We have been reunited with the remainder of the group which we now find was in Cine Building in San Fernando. Yesterday morning we were led up in the prison court yard and marched in a column of fours after having received a meager meal at the railroad station in San Fernando. Our boys certainly gave this place a working over. The railway yard is in shambles and many disabled cars and locomotives are in evidence. About noon we were placed on board steel freight cars. One hundred ninety three men were placed in each car. As this is a small narrow gauge railroad, there was not room for all of the men to be seated at one time. Our sick and wounded were placed on top of the cars in the boiling midday heat and lashed there to keep them from failing off with ropes. The Japs insisted that they would be more comfortable, but I feel it is also in an attempt to prevent the train being bombed or strafed by our men. We should be very thankful for them. For had it not been for the many bullet holes in the car, surely more of our men would have died from suffocation during the awful trip to San Fernando, La Union. Of course, there was no food or water and several times when the train stopped and the Philippines made an effort to give us food or water, they were chased away by the Japanese guard. After being on the train from about noon on the 24th until 2:00 AM this morning, we were unloaded on the station platform at San Fernando, La Union where we were allowed to remain until daybreak. We were then marched through the town of San Fernando out on the outskirts to a small Philippine school house where we were fed one rice ball in the morning and one just before dark. We were issued about one fourth of a canteen cup of water per man, and after being what we supposed settled down for the night, we were gotten up after dark and marched about three and one half or four miles to the beach where we are to sleep.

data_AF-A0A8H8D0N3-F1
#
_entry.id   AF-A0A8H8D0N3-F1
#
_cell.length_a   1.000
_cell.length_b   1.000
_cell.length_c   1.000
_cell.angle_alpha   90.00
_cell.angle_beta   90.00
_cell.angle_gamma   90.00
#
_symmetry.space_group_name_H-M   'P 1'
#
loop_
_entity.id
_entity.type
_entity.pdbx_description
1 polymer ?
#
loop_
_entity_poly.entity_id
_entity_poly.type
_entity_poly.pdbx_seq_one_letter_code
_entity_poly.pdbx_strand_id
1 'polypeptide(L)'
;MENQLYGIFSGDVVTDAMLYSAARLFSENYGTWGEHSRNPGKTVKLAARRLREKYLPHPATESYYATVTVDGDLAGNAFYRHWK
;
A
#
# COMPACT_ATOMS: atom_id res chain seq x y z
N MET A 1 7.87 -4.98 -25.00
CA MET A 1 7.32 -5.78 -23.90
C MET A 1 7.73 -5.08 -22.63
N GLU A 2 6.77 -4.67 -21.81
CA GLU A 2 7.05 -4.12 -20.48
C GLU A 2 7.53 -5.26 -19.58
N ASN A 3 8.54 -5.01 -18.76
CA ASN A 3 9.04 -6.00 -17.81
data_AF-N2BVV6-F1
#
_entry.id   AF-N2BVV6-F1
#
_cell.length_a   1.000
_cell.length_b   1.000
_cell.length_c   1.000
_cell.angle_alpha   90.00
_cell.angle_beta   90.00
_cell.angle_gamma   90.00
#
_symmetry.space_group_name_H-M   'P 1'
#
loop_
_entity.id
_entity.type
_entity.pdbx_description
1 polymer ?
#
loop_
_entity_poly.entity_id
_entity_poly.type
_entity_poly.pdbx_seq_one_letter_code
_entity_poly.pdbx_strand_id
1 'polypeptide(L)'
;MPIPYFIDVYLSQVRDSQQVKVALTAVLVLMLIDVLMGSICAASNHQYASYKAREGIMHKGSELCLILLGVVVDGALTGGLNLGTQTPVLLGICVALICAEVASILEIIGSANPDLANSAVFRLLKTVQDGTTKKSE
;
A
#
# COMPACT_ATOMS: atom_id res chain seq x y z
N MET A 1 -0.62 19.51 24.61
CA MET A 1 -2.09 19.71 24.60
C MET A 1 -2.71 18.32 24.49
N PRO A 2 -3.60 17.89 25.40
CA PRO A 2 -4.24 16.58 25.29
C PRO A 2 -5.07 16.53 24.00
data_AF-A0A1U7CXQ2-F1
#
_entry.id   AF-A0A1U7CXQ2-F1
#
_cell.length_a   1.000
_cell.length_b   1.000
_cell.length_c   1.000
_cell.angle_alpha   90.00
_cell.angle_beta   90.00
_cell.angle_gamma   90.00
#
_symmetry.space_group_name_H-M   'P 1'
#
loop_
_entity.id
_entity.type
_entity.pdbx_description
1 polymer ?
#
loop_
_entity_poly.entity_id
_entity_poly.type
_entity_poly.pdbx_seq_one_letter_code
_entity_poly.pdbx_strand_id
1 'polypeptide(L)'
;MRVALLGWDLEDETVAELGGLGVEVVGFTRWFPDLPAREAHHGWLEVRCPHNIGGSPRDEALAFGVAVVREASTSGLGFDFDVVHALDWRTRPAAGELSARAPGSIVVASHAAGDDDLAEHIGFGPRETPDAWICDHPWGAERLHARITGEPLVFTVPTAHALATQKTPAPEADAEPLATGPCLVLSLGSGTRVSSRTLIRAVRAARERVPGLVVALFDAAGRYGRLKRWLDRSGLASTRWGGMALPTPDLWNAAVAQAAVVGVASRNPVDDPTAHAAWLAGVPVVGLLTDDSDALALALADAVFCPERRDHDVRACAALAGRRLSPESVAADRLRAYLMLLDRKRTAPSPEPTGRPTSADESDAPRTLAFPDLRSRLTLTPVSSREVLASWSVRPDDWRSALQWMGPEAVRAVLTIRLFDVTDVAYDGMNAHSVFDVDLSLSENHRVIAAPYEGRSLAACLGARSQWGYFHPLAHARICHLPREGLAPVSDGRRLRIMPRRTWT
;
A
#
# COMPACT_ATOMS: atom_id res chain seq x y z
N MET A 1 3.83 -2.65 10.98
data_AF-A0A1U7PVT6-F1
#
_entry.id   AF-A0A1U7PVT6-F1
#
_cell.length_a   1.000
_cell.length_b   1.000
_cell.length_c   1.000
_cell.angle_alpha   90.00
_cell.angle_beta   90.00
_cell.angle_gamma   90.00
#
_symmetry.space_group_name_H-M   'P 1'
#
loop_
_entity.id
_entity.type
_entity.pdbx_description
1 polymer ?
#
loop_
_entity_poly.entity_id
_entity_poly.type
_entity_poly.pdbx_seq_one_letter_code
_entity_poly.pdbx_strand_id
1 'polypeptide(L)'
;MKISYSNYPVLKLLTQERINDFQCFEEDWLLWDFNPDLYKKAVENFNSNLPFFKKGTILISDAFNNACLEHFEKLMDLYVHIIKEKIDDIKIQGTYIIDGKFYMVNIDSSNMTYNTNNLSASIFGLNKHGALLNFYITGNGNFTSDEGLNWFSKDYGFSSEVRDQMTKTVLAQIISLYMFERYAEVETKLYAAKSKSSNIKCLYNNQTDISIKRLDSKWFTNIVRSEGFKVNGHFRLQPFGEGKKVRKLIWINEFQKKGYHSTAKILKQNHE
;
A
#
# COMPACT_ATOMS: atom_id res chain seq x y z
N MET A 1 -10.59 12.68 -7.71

24 December 1944*

*In the source material online, written as “23 December,” but appearing between entries for 23 and 25 December; the Philippine Diary Project assumes this is a simple typographical error and uses the date 24 December for this entry accordingly.

The Japanese have lived up to their policy that we will receive cooked rice. In the last two days we have received in addition to about a canteen cup of rice twice a day a few comoties [camotes] and enough dried fish so that each one of our men received a portion about as large as a 50 cent piece. We are fortunate that there is plenty of water here and although the Japanese prohibit bathing, I find that at night many of our men including myself, have been able to take a bath. We are still suffering from the effects of our mistreatment aboard the first transport. Many of the tropical ulcers which were induced by the terrific heat and foul air have became infected. We have little or no bandage, the same goes for medication to cure these ill looking ulcers. There are rumors of movement in the air.


20 December 1944

We have now been on the tennis court for five days, during this period we have been issued three level mess spoons of uncooked rice per day. Some salvage Japanese under clothing was finally brought and our men most in need received either some old under-drawers or the Japanese cotton issue shirt.